Three Lessons Going Forward From the Trump Era

After four years of brazen supremacy and demagoguery in the White House, any change feels like progress, any inclusion feels like a victory. And may it be so.  

But the challenge before us is one of complacency. It can feel easy to pat ourselves on the back with every step forward; harder, though, is pressing forward with urgency, knowing how far we still have to go and knowing how many are still suffering through the process.  

Returning to normalcy after the regressive Trump years will be a feat in and of itself, particularly after white nationalists attacked the U.S. Capitol this month. But we cannot make it our goal, nor can we stake our satisfaction in its achievement. For too many people, and for far too long, normal just hasn’t been good enough.  

I am a turbaned and bearded Sikh man living in modern America, so believe me when I say that,  while racist hate spiked under Trump’s leadership, it certainly didn’t begin with him. Dealing with prejudice has been a part of my daily existence since childhood. I learned from a young age how to deal with the stares and comments I get walking through the streets of my own home country.  

People often ask how I manage to endure that.  

It’s a tough question to answer because I’m never quite sure what to say. “It’s just normal at this point, I guess.” 

Nope. Returning to normal just isn’t good enough. We have to demand more, for ourselves and for our children.  

I believe that with darkness comes light, and with pain comes relief. Although the past four years have been extremely difficult, we have learned some lessons collectively that we must cherish going forward. Here are just a few of them.  

1.     We are all connected.  

The first teaching I received from my parents, and the first teaching I transmitted to my daughters, was the Sikh concept of ik oankar, that there is a universal force that connects us all. Each evening, I sing Sohila with my daughters, in which Guru Nanak announces that the same divine light lives within all beings.  

I know this to be true intellectually, but it can be easy to forget about our interconnectedness while living in a world so caught up with boundaries and distinctions. In the pandemic, we were all reminded of how deeply our individual well-being is bound up with one another, and how these interconnections go beyond national borders and across racial and religious differences. It’s a powerful lesson to embody, and I am hopeful it is one we carry with us going forward as we think about what a just and equitable society would look like.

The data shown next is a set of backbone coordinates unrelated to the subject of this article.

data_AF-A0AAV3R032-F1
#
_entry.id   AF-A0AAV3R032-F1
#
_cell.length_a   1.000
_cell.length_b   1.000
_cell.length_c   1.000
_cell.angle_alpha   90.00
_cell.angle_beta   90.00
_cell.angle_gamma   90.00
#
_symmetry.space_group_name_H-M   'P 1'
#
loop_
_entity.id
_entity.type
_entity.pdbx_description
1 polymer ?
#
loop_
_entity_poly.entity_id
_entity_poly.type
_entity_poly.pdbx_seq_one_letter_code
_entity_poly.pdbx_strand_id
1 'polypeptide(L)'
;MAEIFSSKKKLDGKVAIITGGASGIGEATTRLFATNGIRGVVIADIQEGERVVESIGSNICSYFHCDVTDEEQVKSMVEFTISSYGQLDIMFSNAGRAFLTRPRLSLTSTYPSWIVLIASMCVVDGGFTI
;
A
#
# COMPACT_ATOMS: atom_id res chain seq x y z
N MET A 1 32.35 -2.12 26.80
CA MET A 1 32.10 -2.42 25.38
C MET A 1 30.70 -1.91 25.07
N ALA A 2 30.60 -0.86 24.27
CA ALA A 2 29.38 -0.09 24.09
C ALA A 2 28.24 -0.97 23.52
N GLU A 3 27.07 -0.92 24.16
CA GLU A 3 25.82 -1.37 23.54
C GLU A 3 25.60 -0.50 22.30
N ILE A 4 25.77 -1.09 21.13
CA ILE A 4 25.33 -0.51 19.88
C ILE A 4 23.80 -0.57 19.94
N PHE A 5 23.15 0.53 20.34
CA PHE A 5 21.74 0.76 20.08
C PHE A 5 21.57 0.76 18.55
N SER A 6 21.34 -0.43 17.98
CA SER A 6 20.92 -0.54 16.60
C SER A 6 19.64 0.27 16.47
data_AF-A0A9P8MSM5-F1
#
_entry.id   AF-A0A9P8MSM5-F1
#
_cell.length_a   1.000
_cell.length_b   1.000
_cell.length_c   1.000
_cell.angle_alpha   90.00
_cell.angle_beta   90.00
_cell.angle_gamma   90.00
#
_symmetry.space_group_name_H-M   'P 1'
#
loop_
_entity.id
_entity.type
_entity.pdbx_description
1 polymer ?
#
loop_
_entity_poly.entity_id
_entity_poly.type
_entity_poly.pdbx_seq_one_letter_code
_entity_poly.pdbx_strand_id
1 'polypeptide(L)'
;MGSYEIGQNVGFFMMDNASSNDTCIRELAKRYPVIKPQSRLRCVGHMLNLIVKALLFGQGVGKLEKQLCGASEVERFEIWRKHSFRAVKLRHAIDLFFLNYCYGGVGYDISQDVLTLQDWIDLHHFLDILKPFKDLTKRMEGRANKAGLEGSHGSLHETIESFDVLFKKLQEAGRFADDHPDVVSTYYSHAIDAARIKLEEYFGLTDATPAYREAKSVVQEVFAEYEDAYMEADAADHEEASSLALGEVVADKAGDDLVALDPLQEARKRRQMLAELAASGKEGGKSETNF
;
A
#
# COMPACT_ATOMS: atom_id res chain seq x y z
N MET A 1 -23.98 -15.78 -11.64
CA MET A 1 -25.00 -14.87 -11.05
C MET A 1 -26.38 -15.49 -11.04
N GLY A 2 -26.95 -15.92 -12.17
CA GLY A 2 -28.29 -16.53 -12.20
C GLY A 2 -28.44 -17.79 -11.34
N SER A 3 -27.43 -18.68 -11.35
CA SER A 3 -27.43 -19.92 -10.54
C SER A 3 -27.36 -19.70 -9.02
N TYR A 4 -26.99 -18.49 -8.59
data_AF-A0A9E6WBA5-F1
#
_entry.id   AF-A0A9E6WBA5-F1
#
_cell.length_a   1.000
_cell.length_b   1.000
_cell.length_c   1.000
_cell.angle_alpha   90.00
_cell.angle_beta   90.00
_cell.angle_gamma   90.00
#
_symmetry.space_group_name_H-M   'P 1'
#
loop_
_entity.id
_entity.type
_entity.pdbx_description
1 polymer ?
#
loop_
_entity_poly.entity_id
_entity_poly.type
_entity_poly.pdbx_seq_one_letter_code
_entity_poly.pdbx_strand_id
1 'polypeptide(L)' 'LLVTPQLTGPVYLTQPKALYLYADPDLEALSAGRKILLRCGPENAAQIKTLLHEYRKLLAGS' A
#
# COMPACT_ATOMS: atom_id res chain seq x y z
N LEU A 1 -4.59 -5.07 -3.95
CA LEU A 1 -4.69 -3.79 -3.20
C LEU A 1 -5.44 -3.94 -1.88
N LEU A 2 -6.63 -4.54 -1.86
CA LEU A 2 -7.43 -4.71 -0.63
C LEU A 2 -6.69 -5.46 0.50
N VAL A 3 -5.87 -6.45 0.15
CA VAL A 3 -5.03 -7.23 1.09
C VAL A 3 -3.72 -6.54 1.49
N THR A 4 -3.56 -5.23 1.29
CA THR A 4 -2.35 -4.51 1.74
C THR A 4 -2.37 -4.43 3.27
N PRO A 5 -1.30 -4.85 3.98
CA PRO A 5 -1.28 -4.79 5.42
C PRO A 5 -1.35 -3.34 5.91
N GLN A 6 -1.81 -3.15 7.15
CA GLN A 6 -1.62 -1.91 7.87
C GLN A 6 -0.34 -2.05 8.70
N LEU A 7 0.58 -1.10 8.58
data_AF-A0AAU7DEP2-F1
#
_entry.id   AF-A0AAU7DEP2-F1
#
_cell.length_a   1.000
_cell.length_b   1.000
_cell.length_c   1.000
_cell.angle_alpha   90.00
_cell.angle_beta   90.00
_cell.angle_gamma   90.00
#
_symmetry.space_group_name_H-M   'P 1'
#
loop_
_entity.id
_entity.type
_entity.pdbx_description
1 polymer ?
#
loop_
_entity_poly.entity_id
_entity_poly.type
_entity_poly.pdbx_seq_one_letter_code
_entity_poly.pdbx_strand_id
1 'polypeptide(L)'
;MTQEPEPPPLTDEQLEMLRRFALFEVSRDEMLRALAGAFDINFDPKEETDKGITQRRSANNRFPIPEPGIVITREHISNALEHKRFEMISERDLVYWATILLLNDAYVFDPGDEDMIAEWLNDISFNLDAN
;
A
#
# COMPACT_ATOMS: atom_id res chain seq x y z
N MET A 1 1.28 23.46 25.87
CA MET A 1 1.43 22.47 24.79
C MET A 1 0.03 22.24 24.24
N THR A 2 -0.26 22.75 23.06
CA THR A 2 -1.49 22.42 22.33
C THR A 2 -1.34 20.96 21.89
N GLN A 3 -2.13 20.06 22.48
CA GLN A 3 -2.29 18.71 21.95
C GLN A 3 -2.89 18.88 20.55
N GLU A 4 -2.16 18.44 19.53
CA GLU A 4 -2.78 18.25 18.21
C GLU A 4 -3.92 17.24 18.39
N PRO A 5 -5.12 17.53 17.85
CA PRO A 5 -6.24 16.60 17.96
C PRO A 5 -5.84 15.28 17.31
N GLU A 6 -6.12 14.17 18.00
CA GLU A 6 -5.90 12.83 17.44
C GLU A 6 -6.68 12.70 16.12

2.     We are stronger together.  

In the face of extreme polarization, it can feel easy to obsess over what divides us: politics, worldviews, identities. I think all of us have fallen into that trap this past year. What we forget in these moments, though, is that as strong as these divisive forces can be, those that come with unity are even stronger. In a year where we witnessed people of all racial backgrounds show up for racial justice protests the world over, and in a moment where we are seeing people of all class backgrounds support farmers protesting for equitable treatment in India, we see the force of our collective power when consolidated together.  

This rings especially true in a year of isolation, where in spite of being more connected than ever before, we actually feel more disconnected from the world around us. We learned this year the value of authentic relationships, of what it means to show up for one another, and how doing so helps us connect with our own selves, leading us to feel more personally fulfilled and connected.  

3.     We all have a role to play. 

It can be easy to witness these massive movements and think to ourselves that our contributions will make little impact. It can be easy to ask ourselves what difference we can make. But when we have a firsthand view at how these movements are operationalized and brought to bear, it’s clear that every contribution helps to mobilize, and that there is no single role that defines a movement. Whether we are writing, protesting, advocating, donating or teaching, we can each contribute in our own ways to the causes that speak to us.  

This realization is empowering. It moves us from inaction to action, from wondering to moving. And I think what we’ve learned this year is that it’s not just the world that benefits from our efforts for justice. We benefit too. We feel more engaged. We feel more connected. We feel more meaning. And perhaps more than anything else, we are transformed by the work itself, deepening the roots of justice and equity in our hearts and souls.

Simran Jeet Singh is a writer, teacher, scholar, activist, and a senior diversity & inclusion advisor with YSC Consulting.  


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The opinions contained in this piece are solely the author’s and do not necessarily reflect the views of Interfaith Youth Core. Interfaith America encourages a wide range of views and strives to maintain a respectful tone with a goal of greater understanding and cooperation between people of different faiths, worldviews, and traditions.